Connecting Manhattan with Brooklyn for the first time, New Yorkers were mesmerized by the suspension bridge's immense granite towers, thick steel cables, and breathtaking panoramas. It took 14 years long years and about $15 million to complete and to this day remains a busy thoroughfare and one of New York City’s top tourist attractions. Despite its popularity, there are many things the public does not know about the Brooklyn Bridge and the many events surrounding its construction.

The idea for the Brooklyn Bridge began about seventy years before its construction

Constructing  a crossing between Brooklyn and lower Manhattan in the early 19th century was contemplated, but plans were never realized because of the extreme turbulence of the East River.

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In 1865, however, German immigrant and famous bridge designer, John Roebling, proposed a detailed design for a grand suspension bridge using steel for the bridge’s four cables, which at the time was used for railroads but never for bridges. He had created other suspension spans along the Niagara, Delaware and Ohio Rivers, but this was to be a bridge like no other.

There were at least twenty deaths and perhaps as many as thirty during the bridge’s construction

The first fatality occurred one afternoon in 1869 when John Roebling’s foot was crushed between some pilings and a ferry. Soon after, he died of tetanus. His son, Washington, was left to complete his father's plans. The working conditions were absolutely horrible and many toiled for 24 hours a day! Some workers fell off the 276-foot-high towers, others were hit by falling debris or succumbed to Caisson's Disease, better known as “the bends,” which is caused by alterations in air pressure that affect the levels of nitrogen in the human bloodstream.

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Washington Roebling himself was also later incapacitated by the disease, and his wife, Emily completed the construction.

Tragedy occurred one week after opening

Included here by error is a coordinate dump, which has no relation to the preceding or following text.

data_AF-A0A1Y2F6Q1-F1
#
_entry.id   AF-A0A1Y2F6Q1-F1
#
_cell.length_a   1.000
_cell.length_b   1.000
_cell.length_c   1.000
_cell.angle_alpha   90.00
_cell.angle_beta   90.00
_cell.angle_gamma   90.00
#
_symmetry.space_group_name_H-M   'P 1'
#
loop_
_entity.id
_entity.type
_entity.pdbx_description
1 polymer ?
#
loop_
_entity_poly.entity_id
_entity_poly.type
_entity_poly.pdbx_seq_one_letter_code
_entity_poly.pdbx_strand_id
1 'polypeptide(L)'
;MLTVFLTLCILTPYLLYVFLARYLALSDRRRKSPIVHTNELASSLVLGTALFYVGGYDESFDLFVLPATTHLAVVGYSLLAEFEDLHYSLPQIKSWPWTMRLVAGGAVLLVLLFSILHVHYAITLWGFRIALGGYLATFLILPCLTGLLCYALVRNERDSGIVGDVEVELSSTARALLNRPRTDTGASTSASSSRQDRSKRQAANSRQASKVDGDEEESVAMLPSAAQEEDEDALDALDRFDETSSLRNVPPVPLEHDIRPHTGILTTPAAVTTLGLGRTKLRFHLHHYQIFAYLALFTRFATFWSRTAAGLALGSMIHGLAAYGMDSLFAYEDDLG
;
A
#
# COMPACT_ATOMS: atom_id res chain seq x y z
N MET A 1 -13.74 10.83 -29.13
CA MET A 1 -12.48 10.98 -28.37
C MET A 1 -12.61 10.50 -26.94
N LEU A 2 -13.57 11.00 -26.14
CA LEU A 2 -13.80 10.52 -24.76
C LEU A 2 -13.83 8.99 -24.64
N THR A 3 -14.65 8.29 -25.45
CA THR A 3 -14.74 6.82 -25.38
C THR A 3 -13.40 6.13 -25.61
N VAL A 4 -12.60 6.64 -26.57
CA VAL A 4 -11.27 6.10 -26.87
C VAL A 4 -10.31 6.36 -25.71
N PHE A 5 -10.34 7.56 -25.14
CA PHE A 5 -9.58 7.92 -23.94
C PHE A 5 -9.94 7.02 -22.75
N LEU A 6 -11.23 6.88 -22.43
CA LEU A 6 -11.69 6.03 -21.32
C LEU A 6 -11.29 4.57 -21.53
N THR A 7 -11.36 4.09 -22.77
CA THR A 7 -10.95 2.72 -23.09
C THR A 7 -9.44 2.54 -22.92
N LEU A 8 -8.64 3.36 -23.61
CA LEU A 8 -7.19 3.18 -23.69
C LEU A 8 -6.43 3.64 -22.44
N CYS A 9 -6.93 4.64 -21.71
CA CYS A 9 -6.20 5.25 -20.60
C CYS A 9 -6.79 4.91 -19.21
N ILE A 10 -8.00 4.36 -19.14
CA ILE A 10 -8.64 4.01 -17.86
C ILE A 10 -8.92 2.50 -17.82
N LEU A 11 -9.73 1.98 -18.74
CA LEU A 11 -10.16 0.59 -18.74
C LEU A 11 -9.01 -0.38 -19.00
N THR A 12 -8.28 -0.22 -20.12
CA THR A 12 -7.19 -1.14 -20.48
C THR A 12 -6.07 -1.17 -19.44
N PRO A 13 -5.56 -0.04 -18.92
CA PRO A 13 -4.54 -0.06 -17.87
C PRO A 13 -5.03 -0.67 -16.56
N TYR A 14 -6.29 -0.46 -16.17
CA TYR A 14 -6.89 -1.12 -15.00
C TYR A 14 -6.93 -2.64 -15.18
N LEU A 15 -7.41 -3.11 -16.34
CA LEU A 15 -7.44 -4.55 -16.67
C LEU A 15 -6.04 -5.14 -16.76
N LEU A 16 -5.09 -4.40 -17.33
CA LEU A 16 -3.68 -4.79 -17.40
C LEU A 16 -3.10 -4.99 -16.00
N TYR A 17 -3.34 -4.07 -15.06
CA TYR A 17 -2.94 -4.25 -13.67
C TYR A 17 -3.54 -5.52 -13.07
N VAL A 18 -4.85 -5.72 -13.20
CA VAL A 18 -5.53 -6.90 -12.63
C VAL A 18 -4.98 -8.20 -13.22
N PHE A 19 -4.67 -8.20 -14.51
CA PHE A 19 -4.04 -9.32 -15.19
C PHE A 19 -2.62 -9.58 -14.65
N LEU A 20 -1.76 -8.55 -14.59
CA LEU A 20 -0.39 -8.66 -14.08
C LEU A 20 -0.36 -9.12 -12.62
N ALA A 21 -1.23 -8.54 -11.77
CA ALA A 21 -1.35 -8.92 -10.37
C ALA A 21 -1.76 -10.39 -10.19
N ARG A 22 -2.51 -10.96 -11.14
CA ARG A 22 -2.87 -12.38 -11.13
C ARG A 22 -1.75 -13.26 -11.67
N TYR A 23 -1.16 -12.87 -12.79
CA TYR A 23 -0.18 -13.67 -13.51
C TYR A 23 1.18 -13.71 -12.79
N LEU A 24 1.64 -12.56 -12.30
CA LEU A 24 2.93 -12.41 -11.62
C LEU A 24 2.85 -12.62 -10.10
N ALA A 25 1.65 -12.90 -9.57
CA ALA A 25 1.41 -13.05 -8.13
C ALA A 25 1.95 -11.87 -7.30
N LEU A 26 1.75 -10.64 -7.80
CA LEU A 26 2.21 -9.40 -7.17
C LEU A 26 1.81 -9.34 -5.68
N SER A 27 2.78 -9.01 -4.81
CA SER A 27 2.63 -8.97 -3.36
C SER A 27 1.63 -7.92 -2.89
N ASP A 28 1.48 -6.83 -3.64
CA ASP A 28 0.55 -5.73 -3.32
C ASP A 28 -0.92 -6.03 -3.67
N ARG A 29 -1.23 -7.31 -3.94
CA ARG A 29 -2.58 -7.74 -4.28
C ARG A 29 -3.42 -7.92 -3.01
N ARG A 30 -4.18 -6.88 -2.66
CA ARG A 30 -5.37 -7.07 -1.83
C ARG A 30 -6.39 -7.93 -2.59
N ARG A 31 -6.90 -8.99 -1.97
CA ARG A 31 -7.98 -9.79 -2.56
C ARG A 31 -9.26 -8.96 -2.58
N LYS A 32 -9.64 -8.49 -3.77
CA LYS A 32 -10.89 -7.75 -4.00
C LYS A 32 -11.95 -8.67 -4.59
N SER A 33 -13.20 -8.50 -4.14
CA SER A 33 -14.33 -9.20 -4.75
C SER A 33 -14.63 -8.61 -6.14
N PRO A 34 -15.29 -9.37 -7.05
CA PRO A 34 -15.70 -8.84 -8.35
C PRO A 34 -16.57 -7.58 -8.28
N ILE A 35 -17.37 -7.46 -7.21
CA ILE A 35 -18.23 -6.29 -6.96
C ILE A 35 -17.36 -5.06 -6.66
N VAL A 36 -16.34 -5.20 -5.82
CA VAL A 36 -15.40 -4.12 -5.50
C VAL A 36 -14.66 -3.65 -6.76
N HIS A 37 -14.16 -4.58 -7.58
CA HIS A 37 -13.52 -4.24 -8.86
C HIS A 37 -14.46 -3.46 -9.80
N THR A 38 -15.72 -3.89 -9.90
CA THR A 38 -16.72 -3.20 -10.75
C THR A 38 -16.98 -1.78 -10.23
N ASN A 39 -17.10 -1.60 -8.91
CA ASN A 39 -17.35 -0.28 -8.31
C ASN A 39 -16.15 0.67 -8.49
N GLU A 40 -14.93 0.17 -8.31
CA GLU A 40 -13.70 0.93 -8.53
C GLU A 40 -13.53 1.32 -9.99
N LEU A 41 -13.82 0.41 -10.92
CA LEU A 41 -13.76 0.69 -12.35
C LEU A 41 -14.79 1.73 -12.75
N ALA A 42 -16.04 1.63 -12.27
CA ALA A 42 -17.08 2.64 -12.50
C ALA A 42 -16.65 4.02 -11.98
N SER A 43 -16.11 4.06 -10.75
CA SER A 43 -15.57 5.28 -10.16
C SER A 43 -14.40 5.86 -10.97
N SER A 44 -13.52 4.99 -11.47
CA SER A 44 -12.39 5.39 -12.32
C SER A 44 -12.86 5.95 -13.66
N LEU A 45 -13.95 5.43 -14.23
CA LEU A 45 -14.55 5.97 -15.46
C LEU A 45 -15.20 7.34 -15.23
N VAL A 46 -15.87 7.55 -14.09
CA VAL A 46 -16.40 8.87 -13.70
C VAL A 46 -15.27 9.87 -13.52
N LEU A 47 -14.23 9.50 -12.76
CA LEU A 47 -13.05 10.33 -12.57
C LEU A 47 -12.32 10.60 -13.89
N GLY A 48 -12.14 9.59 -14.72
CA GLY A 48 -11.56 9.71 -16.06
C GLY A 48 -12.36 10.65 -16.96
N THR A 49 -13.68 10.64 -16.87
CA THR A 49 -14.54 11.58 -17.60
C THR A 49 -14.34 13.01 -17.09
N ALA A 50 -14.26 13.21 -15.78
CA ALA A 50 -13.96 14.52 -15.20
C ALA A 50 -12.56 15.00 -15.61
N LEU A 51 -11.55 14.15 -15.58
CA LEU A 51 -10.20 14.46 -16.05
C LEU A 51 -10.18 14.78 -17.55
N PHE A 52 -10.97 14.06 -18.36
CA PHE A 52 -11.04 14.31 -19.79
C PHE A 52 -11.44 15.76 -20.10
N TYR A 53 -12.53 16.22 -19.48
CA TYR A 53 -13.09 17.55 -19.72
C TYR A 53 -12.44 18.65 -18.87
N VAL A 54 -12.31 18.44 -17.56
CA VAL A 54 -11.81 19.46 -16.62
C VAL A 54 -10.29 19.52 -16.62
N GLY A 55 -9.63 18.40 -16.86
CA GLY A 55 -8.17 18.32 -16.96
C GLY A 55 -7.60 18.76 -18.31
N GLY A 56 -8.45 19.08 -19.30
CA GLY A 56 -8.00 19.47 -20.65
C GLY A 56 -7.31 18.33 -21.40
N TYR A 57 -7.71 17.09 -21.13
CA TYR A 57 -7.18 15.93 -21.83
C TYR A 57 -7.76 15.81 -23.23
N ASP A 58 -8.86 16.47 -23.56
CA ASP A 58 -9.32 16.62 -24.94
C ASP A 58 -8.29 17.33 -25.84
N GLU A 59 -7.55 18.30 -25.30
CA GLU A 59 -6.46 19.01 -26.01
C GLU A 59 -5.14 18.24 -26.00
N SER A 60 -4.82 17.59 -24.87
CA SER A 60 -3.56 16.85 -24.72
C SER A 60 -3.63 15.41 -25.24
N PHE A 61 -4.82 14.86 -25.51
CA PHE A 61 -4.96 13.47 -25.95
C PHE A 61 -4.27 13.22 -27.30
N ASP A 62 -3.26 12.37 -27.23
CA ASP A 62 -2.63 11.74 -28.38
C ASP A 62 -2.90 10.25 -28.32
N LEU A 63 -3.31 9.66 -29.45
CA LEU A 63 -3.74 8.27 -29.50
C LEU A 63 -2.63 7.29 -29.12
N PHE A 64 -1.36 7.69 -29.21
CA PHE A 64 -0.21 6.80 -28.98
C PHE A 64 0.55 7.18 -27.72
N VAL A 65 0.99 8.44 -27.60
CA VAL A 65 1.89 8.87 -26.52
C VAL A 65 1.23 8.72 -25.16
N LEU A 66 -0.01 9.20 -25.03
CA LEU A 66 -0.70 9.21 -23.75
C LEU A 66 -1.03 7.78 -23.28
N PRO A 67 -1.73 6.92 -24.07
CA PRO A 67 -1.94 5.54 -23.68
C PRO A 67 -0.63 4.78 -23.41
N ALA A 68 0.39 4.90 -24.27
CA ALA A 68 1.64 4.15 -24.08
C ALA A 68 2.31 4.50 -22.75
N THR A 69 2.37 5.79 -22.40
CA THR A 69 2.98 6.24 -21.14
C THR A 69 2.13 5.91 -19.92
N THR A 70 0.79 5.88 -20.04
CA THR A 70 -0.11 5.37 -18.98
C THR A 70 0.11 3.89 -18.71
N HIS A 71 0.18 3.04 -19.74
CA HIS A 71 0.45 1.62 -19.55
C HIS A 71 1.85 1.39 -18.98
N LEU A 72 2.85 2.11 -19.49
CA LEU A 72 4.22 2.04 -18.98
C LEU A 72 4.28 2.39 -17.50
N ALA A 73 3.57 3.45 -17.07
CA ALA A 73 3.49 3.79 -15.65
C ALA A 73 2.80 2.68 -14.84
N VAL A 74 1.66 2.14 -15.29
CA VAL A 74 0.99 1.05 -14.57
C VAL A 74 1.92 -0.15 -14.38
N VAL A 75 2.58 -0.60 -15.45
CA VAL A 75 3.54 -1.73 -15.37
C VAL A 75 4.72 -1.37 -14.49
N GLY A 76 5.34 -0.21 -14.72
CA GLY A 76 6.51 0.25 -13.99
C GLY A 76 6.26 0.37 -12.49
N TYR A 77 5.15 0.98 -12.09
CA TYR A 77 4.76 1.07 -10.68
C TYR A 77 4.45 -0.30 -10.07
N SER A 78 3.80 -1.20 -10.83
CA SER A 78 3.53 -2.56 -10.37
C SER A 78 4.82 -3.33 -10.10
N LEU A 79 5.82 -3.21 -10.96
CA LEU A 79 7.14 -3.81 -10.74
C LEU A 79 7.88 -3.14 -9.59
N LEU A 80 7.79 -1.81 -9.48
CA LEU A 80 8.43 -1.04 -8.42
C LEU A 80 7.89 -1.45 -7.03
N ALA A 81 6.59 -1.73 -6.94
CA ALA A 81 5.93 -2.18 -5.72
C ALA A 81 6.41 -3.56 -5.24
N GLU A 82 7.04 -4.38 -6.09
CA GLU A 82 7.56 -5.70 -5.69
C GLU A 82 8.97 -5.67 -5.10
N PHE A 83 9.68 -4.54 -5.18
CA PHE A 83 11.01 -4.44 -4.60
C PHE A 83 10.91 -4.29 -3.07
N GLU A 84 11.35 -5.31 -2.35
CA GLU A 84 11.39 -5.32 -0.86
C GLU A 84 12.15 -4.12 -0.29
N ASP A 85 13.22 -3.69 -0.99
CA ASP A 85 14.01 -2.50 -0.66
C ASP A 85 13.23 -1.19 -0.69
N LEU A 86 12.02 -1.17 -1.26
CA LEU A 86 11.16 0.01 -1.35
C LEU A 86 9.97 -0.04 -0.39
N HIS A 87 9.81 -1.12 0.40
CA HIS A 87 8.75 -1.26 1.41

On Memorial Day of 1883, some 20,000 visitors were on the Brooklyn Bridge when a panic followed by a stampede erupted concerning a rumor that the bridge was about to collapse. Twelve people were crushed to death on a narrow stairway and police surveillance was increased.

Wine cellars, a café and a mysterious bomb shelter were discovered under the bridge

The Paris Café served as Thomas Edison’s second office during the bridge’s construction when he was developing the world’s first operational power station. Two wine cellars, one on the Brooklyn side and the other on Manhattan, were rented out; the former for $500 and the latter for $1,000 per year with proceeds going to repay the debts owed to developers. The Manhattan Blue Grotto was covered in frescoes depicting European vineyards. Both were closed in the 1930s.

In 2006, underneath the bridge along the Manhattan side, in an area undisclosed to the public, workers discovered a bomb shelter.

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The vaulted room was filled to the brim with many tons of water, 352,000 packets of crackers and countless blankets. Rumors allege that there are many other secret rooms and tunnels awaiting discovery underneath the Brooklyn Bridge.

The next time you are in New York City, come and visit...and be amazed.

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